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Johnny Cash stood up for the little guy
Why he wore black

By Brian Belknap | September 26, 2003 | Page 9

JOHNNY CASH died on September 12 at age 71 from complications related to diabetes. He leaves behind a wealth of songs that dealt with the everyday struggles of ordinary people, from sharecroppers to coalminers to convicts.

"I Never Picked Cotton" is typical. It tells the story of a man who chose a life of crime over breaking his back in the fields. Defiant to the last, he goes to the gallows recounting the things he's done, and repeating, "But I never picked cotton."

Cash spent his life taking the side of people like that man and pointing out the hypocrisy of a society that judges those forced to make those choices. Johnny, however, did pick cotton--for 15 years on the 20 acres in Dyess, Ark., that his father got in a government grant during the Great Depression of the 1930s.

Cash headed north to find work in an auto factory in Pontiac, Mich., which later resulted in his 1976 recording "One Piece at a Time," about an autoworker who stole an entire car piece by piece in his lunchbox. Like many of the songs he sang, it was deceptively simple. But underneath the humor is the unavoidable question: Why is it that someone who had spent their life making cars was unable to buy one?

His music was deceptively simple as well. He favored the spare rhythmic guitar of Luther Perkins and the percussive slap bass of Marshall Grant--The Tennessee Two--over the more traditional fiddle and pedal steel.

Their sound caught the ear of Sun Records' Sam Phillips, who was also recording Elvis Presley. Cash's early Sun Recording, "Folsom Prison Blues," began his long association with prisons.

In 1956, while Cash's band was playing a prison rodeo in Huntsville, Texas, a storm came up, and their only amp shorted out. Johnny kept playing as prisoners defied prison regulations to come out of the stands and crowd around him. Johnny and his band stood in the rain and played requests for "Folsom Prison Blues" over and over.

He'd been playing in prisons for more than 10 years when he recorded his legendary live prison records in San Quentin and Folsom in the late 1960s. "I really was interested in some kind of prison reform," he said in a 1994 interview, "but I don't think that's the answer. The answer is out on the street. Jobs. Opportunities. Racial prejudice is another thing that's wrong, and a reason for the crime and the drugs, too."

Cash was inspired by the movements of the 1960s and spent months reading about the plight of Native Americans. The result was his record Bitter Tears and the song "The Ballad of Ira Hayes," the true story of a Pima Indian who helped raise the flag at Iwo Jima in World War Two, but faced bigotry and rejection when he came home. In the end, "He died drunk one mornin'/Alone in the land he fought to save/Two inches of water in a lonely ditch/Was a grave for Ira Hayes."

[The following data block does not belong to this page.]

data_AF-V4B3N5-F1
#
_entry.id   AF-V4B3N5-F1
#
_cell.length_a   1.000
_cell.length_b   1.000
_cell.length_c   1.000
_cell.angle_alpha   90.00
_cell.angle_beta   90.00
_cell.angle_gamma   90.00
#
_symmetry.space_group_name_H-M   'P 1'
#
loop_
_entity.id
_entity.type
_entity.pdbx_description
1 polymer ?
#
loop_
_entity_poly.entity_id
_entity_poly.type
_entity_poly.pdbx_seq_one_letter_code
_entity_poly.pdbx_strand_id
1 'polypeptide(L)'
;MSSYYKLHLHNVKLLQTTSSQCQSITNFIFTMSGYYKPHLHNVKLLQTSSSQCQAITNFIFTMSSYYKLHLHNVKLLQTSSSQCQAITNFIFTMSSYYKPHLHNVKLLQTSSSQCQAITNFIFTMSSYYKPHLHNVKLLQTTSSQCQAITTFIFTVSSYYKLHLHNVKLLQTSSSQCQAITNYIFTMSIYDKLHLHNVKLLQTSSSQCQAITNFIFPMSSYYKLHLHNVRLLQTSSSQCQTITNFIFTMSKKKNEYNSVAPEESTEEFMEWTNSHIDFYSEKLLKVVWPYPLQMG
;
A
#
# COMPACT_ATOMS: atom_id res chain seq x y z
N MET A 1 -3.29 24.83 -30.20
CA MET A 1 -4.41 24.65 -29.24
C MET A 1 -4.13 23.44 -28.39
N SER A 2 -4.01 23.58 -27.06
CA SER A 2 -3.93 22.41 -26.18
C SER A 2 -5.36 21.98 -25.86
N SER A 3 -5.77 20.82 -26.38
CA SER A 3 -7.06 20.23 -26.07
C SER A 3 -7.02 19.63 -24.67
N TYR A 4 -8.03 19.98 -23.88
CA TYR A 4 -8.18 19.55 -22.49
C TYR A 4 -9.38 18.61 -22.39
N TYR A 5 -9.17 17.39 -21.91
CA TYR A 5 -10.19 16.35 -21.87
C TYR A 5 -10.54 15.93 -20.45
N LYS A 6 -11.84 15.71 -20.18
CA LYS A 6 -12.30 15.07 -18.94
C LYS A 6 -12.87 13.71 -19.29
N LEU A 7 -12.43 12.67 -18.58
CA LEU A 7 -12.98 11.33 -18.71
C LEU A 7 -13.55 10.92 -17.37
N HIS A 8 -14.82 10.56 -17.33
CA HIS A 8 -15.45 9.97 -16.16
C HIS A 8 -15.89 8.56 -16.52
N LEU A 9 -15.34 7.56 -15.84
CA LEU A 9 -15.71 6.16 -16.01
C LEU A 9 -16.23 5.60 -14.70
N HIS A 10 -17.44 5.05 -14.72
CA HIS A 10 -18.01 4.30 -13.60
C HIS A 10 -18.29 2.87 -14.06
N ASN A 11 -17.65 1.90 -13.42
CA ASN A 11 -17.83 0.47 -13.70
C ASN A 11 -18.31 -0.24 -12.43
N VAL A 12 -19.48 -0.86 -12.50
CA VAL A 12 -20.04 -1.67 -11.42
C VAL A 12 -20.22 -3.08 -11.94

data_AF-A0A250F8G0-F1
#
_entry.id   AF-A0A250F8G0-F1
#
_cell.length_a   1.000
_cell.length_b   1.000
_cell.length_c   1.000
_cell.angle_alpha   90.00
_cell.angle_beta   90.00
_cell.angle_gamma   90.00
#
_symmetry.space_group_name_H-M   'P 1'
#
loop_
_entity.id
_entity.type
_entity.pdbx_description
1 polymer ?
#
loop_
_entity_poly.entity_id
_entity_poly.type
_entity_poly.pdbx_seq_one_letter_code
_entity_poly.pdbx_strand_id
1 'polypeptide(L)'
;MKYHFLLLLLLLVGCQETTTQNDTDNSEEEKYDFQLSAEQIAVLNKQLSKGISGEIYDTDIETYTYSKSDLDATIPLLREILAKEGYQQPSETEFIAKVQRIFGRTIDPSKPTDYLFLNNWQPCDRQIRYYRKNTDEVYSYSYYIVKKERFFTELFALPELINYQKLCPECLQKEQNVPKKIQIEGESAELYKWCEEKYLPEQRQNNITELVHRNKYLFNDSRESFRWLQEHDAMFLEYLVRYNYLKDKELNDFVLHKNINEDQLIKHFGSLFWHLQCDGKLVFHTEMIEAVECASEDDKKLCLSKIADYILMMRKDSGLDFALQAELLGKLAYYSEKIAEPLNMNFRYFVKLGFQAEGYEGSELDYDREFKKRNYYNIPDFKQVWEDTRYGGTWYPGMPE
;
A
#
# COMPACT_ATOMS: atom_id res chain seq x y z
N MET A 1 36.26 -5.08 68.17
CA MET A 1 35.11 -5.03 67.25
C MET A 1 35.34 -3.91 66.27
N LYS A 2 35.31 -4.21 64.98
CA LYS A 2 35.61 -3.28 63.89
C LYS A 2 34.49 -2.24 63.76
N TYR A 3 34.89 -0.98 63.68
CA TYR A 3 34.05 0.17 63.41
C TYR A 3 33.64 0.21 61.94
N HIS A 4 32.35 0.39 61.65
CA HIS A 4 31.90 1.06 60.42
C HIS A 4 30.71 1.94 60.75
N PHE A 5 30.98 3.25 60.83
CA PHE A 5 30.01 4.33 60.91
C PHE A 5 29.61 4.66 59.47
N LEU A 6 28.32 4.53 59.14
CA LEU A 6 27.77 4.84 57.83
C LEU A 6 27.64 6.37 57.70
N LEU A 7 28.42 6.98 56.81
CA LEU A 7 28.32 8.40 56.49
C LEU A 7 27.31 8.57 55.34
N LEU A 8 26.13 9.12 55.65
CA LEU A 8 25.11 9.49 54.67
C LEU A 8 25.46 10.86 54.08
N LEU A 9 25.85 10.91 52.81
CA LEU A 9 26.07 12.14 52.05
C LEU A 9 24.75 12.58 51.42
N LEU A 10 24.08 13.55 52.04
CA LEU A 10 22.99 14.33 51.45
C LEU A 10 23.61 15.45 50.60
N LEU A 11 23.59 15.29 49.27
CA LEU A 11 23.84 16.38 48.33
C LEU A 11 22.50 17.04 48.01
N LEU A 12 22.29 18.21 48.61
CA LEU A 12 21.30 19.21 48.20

The song rose to number three on the country charts, but many programmers refused to play it. In disgust, Johnny took out a full-page ad in Billboard that read, "'The Ballad of Ira Hayes' is strong medicine. So is Rochester-Harlem-Birmingham and Vietnam. Where's your guts?"

He crossed musical boundaries as well, playing Bob Dylan's songs when it was unheard of for a country singer to play folk music. At the height of his career in 1971, Cash used his TV show as a platform for antiwar protest singers like Pete Seeger and Joan Baez.

He performed "Man in Black" on the show. "I wear the black for the poor and the beaten down/Livin' in the hopeless, hungry side of town/I wear it for the prisoner who has long paid for his crime/But is there because he's a victim of the times."

Cast aside by Nashville in the 1980s, he was approached by producer Rick Rubin, who worked with Public Enemy, in the early '90s, to record for his American Recordings label. The four records Cash made for American were among his best, the simple arrangements recalling his earlier work. He combines his own ballads with songs by Trent Reznor of Nine Inch Nails and Nick Cave and makes it all work. He recorded hundreds more songs yet to be released--among them Bob Marley's "Redemption Song," sung with The Clash's Joe Strummer.

The results won him a Grammy in 1998 for best country record. Instead of thanking the country music establishment that rejected him, he took out another full-page ad in Billboard featuring a picture of a much younger Cash flipping the bird.

A story told by Kris Kristofferson probably best sums up Johnny Cash. "I opened for John in Philadelphia a few years ago, and I dedicated a song to Mumia Abu-Jamal," Kristofferson told Rolling Stone magazine in 2000. "The police at the show went ballistic. After I came off, they said that I had to go out and make an apology. I felt pretty bad, because it was John's show. But John heard about it and said to me, 'Listen, you don't need to apologize for nothin'. I want you to come out at the end of the show and do "Why Me" with me.' So I went out and sang with him. John just refuses to compromise."

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